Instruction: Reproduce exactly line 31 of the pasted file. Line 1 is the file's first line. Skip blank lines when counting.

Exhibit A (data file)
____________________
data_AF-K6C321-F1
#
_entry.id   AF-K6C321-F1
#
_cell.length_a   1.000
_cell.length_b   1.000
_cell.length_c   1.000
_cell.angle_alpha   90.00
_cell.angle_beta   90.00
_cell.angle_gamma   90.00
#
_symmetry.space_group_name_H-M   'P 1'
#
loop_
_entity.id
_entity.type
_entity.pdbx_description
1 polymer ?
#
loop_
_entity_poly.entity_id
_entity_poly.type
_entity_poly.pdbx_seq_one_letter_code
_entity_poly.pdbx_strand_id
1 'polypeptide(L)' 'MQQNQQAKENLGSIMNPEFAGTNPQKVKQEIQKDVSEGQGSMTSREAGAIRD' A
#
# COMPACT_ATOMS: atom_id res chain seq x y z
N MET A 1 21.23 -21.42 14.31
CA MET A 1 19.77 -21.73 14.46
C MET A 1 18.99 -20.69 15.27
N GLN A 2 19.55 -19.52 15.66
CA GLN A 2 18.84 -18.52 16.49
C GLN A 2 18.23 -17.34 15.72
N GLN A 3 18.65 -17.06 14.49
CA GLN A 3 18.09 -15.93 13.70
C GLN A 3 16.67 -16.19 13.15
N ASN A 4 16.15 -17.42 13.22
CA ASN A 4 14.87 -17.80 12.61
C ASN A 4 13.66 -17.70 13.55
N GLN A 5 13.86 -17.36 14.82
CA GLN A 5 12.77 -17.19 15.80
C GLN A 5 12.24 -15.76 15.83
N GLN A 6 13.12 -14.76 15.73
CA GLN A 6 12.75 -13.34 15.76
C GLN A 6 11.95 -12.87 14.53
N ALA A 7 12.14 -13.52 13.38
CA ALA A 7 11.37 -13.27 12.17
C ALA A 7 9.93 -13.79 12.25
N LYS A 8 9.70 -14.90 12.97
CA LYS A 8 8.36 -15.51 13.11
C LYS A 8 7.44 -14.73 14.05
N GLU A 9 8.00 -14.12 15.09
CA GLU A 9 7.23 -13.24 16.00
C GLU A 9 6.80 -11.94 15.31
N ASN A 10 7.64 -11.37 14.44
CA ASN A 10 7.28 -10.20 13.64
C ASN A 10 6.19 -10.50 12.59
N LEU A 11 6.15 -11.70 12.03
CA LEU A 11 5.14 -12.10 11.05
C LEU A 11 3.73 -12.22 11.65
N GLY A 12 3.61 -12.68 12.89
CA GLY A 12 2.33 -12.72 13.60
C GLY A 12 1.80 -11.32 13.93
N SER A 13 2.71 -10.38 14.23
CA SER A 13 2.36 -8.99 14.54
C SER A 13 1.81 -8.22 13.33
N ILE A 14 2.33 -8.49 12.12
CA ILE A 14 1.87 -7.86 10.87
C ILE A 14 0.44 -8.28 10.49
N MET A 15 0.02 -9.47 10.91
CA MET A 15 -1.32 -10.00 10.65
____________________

N GLN A 2 19.55 -19.52 15.66